Kicking off Windows Week here at htxt.africa is the news that today marks the end of Microsoft’s support for Windows XP. As of April 8 2014, Microsoft will no longer be actively developing security fixes for the operating system, so if any new vulnerabilities surface in the coming days/weeks/months/years, they won’t be fixed. Ever.

As you might imagine, this is likely excellent news for anyone writing malware, and terrible news for financial institutions since Windows XP is still used by a significant number of computers, even today.

At a “Farewell Windows XP” event held at Microsoft’s SA headquarters today, Microsoft said that they don’t know how many Windows PCs still use XP, exactly, but accepted wisdom among the IT journalists present at the event told me that it’s probably “around 10%”. And with billions of Windows PCs around the world, that’s still a significant number.

Not coincidentally, Trend Micro sent out a press release earlier today saying how this new reality is going to pose a significant threat to financial institutions, to the point where banks may even start shutting off access to their online services to computers that still use Windows XP.

While drastic, it makes sense for them to do so considering malware writers are targeting online banking facilities more now than in the past. As Trend Micro says, “[criminals’] most profitable attack is to go where the money is”. That’s backed up with research, too: Trend Micro’s press release stated that “from 2012 to 2013, detections of online banking malware more than doubled from 500,000 worldwide in 2012 to more than 1 million in 2013”.

The message here is that if you’re still using Windows XP, you’re strongly advised to upgrade to another, more recent operating system. Even though that may seem like a strong-arm tactic to get you to buy software you may not even be considering (or even move to that open-source OS you may have been eyeing), it’s an undeniable fact that newer operating systems are more secure than older ones.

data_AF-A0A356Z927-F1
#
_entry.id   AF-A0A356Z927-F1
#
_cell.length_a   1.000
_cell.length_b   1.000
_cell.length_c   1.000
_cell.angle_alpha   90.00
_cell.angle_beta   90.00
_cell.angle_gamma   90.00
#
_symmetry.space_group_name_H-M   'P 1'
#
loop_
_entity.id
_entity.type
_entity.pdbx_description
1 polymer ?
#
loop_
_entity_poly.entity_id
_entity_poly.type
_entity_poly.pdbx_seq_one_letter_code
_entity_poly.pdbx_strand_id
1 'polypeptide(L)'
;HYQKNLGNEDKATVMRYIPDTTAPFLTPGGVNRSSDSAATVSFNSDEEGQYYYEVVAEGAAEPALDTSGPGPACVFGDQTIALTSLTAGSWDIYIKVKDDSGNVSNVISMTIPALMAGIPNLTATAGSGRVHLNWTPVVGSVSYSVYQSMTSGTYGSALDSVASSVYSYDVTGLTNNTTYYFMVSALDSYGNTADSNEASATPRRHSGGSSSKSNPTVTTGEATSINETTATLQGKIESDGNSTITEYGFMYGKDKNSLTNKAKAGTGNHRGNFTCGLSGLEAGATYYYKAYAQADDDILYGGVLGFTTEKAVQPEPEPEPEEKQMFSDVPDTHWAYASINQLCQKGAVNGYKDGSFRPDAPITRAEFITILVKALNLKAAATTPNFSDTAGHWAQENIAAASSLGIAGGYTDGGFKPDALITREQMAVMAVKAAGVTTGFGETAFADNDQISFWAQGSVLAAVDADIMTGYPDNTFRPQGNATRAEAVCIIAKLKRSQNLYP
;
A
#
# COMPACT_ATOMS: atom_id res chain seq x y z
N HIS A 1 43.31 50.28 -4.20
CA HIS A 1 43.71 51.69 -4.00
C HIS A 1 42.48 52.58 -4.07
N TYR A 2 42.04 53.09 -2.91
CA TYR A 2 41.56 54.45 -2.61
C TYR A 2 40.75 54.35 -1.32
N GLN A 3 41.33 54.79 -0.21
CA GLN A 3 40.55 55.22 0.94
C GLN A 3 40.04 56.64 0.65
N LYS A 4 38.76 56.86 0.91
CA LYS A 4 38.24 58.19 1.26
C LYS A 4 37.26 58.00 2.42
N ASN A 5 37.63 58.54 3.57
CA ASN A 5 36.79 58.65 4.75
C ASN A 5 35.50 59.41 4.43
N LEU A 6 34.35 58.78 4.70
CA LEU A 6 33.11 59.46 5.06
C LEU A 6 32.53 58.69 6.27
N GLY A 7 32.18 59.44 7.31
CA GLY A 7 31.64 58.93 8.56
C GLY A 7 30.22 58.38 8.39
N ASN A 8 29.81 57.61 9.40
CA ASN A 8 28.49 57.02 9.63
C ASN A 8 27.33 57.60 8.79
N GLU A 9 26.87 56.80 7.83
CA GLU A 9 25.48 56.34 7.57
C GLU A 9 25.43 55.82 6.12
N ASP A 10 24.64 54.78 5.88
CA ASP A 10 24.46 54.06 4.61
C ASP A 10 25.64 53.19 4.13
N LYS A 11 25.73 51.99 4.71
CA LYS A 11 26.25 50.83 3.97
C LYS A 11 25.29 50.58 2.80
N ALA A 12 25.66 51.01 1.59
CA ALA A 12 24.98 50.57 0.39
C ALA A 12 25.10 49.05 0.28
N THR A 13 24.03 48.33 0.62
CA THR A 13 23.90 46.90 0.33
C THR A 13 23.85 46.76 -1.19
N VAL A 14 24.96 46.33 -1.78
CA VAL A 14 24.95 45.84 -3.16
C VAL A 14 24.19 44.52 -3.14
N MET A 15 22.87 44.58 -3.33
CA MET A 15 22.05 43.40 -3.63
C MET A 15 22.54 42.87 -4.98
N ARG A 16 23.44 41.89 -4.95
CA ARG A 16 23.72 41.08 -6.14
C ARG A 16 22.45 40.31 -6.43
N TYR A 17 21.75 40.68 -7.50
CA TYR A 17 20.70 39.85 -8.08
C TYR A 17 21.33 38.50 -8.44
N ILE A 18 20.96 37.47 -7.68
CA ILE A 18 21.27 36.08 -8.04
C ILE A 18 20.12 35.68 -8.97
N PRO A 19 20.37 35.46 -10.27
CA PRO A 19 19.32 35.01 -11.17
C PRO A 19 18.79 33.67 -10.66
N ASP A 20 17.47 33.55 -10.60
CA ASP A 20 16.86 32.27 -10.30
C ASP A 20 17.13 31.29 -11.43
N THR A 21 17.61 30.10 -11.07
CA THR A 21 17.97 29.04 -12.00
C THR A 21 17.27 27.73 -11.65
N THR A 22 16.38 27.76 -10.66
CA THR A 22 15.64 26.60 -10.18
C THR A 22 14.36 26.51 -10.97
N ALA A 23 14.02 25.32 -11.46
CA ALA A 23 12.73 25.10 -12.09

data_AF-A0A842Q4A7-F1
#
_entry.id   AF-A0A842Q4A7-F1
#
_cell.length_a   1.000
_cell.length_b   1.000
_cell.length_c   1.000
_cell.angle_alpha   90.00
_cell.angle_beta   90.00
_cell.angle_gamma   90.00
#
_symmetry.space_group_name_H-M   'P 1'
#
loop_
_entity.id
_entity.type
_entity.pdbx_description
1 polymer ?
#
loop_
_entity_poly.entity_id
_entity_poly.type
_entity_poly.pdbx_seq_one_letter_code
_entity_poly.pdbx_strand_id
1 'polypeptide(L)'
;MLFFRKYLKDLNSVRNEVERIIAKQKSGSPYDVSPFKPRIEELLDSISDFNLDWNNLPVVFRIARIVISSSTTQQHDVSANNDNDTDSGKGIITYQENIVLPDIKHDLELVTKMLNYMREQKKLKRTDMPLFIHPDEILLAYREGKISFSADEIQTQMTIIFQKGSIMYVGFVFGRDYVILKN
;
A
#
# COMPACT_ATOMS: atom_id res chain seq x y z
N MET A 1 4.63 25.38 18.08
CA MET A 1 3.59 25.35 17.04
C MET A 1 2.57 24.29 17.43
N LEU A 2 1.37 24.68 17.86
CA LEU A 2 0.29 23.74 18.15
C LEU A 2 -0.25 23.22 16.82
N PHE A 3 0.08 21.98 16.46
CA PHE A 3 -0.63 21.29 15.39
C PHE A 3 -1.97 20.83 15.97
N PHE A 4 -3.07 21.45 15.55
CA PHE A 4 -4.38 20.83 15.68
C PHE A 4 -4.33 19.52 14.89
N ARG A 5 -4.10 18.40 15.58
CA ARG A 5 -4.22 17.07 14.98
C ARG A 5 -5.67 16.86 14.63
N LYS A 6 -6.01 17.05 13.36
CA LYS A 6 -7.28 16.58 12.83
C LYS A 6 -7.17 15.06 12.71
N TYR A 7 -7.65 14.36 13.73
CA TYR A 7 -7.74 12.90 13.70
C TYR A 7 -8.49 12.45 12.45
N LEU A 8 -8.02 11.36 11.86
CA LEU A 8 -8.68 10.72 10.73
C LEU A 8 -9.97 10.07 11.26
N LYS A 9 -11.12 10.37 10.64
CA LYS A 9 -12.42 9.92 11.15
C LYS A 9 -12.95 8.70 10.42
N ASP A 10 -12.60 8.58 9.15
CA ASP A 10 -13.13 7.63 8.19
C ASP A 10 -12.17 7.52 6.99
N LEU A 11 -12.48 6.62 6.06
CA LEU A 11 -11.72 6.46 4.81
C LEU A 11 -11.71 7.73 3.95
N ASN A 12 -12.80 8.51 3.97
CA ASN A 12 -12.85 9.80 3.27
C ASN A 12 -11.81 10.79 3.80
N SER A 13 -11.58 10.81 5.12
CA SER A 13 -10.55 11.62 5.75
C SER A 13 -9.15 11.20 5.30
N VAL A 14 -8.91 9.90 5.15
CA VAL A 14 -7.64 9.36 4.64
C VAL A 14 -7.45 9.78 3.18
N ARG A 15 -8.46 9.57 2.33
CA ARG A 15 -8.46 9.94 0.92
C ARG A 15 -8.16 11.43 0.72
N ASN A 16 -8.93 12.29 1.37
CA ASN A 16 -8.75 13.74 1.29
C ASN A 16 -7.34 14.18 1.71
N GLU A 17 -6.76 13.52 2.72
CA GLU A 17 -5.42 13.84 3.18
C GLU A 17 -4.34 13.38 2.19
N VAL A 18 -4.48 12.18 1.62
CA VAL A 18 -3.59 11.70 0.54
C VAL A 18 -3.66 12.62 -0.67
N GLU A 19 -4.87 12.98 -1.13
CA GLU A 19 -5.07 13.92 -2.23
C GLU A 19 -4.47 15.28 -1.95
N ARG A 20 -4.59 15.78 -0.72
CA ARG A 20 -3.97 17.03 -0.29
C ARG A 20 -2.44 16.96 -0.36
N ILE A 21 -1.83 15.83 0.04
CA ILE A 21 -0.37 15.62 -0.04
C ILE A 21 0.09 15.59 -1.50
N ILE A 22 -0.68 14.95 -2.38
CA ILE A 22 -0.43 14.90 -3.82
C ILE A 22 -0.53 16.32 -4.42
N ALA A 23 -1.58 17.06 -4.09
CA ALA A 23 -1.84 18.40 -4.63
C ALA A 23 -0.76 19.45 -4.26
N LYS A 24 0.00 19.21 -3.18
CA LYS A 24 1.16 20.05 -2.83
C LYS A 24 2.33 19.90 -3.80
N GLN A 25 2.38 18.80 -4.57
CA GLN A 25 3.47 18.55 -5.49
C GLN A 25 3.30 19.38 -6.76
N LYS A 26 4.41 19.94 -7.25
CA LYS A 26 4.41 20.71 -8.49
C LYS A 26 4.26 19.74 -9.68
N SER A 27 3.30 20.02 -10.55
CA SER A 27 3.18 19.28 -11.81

Just how much more, you may be asking. Microsoft SA’s Anthony Doherty (Windows and Surface business group lead) said at today’s event that Windows 8 is “up to six times more secure” than Windows XP ever was, a reality that minimises any risk of successful malware attack.

Upgrading, then, is not exactly a terrible idea, particularly if you bank online and want to carry on doing so without running the risk that a cybercrime syndicate has infected your vulnerable Windows XP system, and is just waiting to harvest your banking details and rob you blind.

Of course, it’s not just the PCs accessing online banking portals that are at risk, it’s also many of the banks’ own PCs. Many of those that power ATMs, for example, have until recently been using the now-defunct operating system, and some still do.

We have previously reported that banks are indeed in the process of performing the necessary ATM PC upgrades to ensure they are as secure as possible going forward. ABSA has confirmed to us that they have purchased an additional year of support for Windows XP, which ensures ongoing security for the remaining ATMs that have not yet been updated.

Aziz Cassim, the head of self service channels at FNB told us via email that “We are on track for migration to Windows 7 and have a detailed plan to implement the changes, which will not impact ATM usage for our customers.”

We’ve asked the other two (Standard Bank and Nedbank) what progress they’ve made with their own ATM upgrades and we’ll update the article when they come back to us, but it’s safe to presume that neither of them are resting on their laurels. Not with billions of rands at stake.

Will you miss Windows XP? Or has the time come for the world as a whole to move beyond its touch-free trappings? Let us know in the forum/comments below.

Update: Vuyo Mpako, Standard Bank’s head of channel design and development, had this to say about the bank’s preparations for a post-XP world:

“Standard Bank has been preparing itself for this upgrade, also due to [the] necessity of enabling new capabilities which require Windows 7. Standard Bank is investing significantly on in-line teller technology, which will be used for in-branch teller automation. This will be like having an automated cash accepting device, except that it is fully integrated with the branch experience. The aesthetics of the in-line-teller technology make it ideal for in-branch full self-service as well as partially assisted self-service deployments. Customers can expect to see these integrated with our Gen-8 branch deployments in the latter part of this year.

In-line with these, we had already started with our upgrade platform with Windows 7, which is progressing very well. We have now fully certified all our new software for rollout to commence in the latter part of this year. In the short-term, we are confident that the plans around extended support for our ATM software are adequate. There are no risks to customers, and our customers do not have to worry about any of these.”